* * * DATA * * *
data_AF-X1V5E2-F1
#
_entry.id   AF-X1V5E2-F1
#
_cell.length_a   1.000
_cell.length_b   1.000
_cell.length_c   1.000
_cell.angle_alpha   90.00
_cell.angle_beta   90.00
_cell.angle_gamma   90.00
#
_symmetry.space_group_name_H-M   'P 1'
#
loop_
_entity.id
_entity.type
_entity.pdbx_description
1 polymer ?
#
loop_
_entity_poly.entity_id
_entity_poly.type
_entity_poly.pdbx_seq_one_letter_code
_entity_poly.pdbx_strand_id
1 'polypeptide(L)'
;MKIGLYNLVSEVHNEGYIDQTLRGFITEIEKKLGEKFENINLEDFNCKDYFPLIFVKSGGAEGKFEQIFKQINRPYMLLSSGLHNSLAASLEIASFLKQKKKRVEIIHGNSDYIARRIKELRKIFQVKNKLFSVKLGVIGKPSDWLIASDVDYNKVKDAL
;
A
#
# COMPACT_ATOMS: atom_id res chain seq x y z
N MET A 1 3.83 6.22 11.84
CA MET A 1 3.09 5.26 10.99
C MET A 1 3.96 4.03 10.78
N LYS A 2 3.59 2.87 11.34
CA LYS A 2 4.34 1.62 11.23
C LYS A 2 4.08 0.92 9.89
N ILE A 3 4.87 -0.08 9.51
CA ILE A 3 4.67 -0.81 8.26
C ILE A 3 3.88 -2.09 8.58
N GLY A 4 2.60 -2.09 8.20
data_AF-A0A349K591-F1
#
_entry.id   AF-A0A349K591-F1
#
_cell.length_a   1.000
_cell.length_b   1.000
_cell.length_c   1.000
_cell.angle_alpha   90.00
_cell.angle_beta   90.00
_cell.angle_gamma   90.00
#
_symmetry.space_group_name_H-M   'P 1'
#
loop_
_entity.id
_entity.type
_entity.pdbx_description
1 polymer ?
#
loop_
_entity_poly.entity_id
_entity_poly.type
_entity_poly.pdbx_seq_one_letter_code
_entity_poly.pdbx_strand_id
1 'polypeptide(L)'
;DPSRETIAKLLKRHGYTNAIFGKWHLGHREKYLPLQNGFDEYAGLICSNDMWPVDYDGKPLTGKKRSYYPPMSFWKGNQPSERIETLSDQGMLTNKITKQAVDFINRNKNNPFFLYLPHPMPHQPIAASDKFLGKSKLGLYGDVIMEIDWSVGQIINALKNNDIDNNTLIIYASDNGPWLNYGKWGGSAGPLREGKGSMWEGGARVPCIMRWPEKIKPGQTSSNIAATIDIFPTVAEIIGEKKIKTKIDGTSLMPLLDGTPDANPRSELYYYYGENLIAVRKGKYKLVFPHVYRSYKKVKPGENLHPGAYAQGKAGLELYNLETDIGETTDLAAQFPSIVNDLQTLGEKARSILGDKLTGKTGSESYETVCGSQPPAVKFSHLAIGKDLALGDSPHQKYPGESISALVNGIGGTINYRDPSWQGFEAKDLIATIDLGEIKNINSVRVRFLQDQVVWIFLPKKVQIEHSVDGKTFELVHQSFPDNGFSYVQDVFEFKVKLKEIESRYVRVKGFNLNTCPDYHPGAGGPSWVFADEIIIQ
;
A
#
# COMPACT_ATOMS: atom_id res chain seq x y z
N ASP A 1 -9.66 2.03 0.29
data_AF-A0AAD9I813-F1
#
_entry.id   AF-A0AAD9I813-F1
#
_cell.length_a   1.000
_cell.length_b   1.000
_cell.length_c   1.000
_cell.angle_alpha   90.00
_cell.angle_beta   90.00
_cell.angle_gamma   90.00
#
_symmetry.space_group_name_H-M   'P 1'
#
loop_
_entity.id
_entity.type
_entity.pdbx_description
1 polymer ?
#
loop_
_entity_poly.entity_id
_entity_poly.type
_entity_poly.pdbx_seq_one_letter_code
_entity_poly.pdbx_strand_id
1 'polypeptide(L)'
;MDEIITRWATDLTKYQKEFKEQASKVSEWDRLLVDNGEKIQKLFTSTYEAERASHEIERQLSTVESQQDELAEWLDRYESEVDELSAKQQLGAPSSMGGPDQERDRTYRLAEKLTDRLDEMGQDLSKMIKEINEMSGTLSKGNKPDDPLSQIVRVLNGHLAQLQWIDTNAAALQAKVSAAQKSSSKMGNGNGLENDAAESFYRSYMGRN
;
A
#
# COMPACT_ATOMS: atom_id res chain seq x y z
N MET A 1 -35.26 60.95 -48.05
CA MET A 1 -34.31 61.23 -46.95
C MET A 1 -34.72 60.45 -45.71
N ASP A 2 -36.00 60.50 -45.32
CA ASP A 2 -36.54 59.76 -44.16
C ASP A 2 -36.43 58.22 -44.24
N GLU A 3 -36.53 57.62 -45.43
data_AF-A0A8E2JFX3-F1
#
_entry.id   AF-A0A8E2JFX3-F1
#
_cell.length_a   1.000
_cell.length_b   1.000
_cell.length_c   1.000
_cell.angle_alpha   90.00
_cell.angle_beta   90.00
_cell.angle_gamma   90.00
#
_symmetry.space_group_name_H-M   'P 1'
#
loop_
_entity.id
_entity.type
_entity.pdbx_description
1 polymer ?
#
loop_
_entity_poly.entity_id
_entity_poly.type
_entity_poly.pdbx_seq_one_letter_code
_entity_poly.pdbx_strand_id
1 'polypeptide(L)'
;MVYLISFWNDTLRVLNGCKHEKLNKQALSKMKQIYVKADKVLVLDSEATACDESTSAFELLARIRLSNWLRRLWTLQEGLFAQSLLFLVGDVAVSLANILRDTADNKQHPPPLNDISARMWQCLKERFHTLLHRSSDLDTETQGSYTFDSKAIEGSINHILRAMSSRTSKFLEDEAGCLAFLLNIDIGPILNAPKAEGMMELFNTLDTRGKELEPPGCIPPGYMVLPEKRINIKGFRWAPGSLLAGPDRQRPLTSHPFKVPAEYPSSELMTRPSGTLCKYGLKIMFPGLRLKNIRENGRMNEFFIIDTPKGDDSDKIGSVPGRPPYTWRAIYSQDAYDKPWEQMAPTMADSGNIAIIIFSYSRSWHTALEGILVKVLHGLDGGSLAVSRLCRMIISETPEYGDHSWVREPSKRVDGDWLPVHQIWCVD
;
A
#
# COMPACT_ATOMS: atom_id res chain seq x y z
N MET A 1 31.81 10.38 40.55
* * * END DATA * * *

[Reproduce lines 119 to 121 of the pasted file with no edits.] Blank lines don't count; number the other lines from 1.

#
_symmetry.space_group_name_H-M   'P 1'
#